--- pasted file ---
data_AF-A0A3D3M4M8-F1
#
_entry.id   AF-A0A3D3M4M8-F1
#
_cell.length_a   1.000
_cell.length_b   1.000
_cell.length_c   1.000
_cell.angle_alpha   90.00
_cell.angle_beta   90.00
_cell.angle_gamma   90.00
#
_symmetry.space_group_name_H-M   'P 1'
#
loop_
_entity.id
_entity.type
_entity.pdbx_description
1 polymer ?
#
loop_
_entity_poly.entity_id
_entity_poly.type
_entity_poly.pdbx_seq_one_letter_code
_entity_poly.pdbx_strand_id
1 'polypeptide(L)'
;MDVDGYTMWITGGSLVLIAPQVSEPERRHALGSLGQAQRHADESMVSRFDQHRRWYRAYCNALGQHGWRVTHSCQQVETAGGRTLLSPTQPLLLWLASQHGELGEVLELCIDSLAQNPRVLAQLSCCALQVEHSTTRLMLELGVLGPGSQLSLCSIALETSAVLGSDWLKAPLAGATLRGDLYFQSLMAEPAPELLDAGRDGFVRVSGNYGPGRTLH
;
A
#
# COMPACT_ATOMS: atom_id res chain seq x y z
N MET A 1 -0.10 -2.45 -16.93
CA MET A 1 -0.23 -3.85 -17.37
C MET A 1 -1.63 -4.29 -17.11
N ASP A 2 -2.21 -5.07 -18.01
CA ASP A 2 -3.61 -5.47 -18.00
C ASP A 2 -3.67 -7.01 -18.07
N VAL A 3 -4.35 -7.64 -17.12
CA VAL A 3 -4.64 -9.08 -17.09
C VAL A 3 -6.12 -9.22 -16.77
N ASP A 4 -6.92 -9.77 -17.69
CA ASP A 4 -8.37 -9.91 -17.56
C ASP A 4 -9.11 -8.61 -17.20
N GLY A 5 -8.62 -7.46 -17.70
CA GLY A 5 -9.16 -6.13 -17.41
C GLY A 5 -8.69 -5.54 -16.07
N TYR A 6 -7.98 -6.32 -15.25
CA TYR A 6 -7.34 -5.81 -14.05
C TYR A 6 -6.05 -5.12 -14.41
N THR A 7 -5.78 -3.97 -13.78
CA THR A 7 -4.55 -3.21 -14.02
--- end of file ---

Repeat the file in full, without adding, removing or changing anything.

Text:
data_AF-A0A3D3M4M8-F1
#
_entry.id   AF-A0A3D3M4M8-F1
#
_cell.length_a   1.000
_cell.length_b   1.000
_cell.length_c   1.000
_cell.angle_alpha   90.00
_cell.angle_beta   90.00
_cell.angle_gamma   90.00
#
_symmetry.space_group_name_H-M   'P 1'
#
loop_
_entity.id
_entity.type
_entity.pdbx_description
1 polymer ?
#
loop_
_entity_poly.entity_id
_entity_poly.type
_entity_poly.pdbx_seq_one_letter_code
_entity_poly.pdbx_strand_id
1 'polypeptide(L)'
;MDVDGYTMWITGGSLVLIAPQVSEPERRHALGSLGQAQRHADESMVSRFDQHRRWYRAYCNALGQHGWRVTHSCQQVETAGGRTLLSPTQPLLLWLASQHGELGEVLELCIDSLAQNPRVLAQLSCCALQVEHSTTRLMLELGVLGPGSQLSLCSIALETSAVLGSDWLKAPLAGATLRGDLYFQSLMAEPAPELLDAGRDGFVRVSGNYGPGRTLH
;
A
#
# COMPACT_ATOMS: atom_id res chain seq x y z
N MET A 1 -0.10 -2.45 -16.93
CA MET A 1 -0.23 -3.85 -17.37
C MET A 1 -1.63 -4.29 -17.11
N ASP A 2 -2.21 -5.07 -18.01
CA ASP A 2 -3.61 -5.47 -18.00
C ASP A 2 -3.67 -7.01 -18.07
N VAL A 3 -4.35 -7.64 -17.12
CA VAL A 3 -4.64 -9.08 -17.09
C VAL A 3 -6.12 -9.22 -16.77
N ASP A 4 -6.92 -9.77 -17.69
CA ASP A 4 -8.37 -9.91 -17.56
C ASP A 4 -9.11 -8.61 -17.20
N GLY A 5 -8.62 -7.46 -17.70
CA GLY A 5 -9.16 -6.13 -17.41
C GLY A 5 -8.69 -5.54 -16.07
N TYR A 6 -7.98 -6.32 -15.25
CA TYR A 6 -7.34 -5.81 -14.05
C TYR A 6 -6.05 -5.12 -14.41
N THR A 7 -5.78 -3.97 -13.78
CA THR A 7 -4.55 -3.21 -14.02